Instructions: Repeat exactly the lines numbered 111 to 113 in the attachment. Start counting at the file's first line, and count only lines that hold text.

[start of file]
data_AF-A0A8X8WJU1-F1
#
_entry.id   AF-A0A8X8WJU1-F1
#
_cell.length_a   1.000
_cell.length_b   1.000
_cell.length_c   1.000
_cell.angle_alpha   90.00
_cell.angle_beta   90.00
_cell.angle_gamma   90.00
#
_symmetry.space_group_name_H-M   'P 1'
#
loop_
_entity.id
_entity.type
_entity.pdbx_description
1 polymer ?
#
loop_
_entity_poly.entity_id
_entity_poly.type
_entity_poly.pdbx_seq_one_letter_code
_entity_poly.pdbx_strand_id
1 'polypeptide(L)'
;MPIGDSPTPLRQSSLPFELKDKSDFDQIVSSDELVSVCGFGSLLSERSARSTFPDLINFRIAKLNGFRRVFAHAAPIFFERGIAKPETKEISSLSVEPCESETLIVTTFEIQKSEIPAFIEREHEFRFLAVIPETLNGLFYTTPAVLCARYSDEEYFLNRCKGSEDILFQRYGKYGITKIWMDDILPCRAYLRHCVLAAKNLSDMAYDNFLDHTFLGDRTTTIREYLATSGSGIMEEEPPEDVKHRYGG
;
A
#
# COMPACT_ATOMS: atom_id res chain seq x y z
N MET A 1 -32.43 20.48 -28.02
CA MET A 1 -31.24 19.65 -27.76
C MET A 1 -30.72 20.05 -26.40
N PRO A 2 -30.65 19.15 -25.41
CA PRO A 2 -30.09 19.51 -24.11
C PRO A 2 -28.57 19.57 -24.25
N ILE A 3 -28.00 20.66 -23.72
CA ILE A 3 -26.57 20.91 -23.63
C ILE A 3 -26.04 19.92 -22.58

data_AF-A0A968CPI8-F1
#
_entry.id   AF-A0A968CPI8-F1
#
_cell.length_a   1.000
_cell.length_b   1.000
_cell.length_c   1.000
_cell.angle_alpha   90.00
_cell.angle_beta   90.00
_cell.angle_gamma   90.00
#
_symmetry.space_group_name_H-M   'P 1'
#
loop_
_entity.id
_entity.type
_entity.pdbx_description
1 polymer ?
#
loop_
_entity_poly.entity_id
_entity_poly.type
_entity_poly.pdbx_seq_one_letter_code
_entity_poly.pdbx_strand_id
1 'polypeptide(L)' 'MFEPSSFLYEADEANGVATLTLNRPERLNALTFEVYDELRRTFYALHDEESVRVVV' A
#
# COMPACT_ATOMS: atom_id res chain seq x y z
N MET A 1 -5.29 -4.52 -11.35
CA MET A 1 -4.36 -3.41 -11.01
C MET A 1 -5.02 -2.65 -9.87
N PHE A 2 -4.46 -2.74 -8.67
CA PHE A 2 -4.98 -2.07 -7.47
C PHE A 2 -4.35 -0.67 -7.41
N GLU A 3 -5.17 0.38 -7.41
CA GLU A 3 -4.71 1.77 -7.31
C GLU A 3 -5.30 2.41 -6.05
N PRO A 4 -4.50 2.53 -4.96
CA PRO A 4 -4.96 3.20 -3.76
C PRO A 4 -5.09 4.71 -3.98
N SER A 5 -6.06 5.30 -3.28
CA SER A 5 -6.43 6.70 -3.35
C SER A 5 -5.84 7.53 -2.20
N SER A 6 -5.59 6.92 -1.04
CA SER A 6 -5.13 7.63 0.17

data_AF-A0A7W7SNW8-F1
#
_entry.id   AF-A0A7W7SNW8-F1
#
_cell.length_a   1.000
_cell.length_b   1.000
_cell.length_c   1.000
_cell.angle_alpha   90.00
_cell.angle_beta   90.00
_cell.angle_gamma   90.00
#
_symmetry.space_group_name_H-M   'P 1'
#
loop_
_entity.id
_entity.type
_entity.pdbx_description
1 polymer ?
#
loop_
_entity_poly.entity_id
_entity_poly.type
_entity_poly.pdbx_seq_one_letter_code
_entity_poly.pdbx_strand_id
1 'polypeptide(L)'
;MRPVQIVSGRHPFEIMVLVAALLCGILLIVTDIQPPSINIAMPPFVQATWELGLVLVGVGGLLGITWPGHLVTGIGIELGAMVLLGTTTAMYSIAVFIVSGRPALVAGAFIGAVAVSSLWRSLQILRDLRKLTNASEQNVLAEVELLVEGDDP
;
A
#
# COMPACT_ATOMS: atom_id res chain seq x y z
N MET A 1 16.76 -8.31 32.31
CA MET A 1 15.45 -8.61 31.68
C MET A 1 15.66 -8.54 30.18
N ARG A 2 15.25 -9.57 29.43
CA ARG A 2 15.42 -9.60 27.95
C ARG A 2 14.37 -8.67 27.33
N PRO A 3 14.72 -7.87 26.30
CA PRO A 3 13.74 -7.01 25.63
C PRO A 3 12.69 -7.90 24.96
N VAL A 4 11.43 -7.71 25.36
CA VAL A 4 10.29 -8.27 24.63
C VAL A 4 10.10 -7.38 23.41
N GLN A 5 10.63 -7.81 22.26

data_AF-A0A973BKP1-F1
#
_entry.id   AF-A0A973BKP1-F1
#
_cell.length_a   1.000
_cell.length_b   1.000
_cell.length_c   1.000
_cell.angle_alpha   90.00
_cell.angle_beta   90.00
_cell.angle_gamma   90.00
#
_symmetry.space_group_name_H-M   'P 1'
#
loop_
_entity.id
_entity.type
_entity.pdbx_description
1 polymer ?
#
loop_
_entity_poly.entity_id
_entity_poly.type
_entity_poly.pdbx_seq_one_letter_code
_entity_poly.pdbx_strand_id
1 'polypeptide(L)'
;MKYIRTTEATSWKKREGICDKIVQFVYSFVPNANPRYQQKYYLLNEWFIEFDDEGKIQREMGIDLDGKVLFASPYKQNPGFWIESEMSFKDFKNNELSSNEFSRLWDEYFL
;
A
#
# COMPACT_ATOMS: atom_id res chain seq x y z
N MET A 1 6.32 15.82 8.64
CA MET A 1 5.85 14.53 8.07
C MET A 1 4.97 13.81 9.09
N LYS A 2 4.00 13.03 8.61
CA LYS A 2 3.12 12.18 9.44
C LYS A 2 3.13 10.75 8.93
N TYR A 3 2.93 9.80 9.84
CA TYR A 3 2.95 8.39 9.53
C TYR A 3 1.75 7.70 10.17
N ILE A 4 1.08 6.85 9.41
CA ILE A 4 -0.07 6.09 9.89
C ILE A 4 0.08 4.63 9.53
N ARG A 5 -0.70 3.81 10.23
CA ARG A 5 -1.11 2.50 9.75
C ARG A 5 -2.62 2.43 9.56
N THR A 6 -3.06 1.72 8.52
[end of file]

A
#
# COMPACT_ATOMS: atom_id res chain seq x y z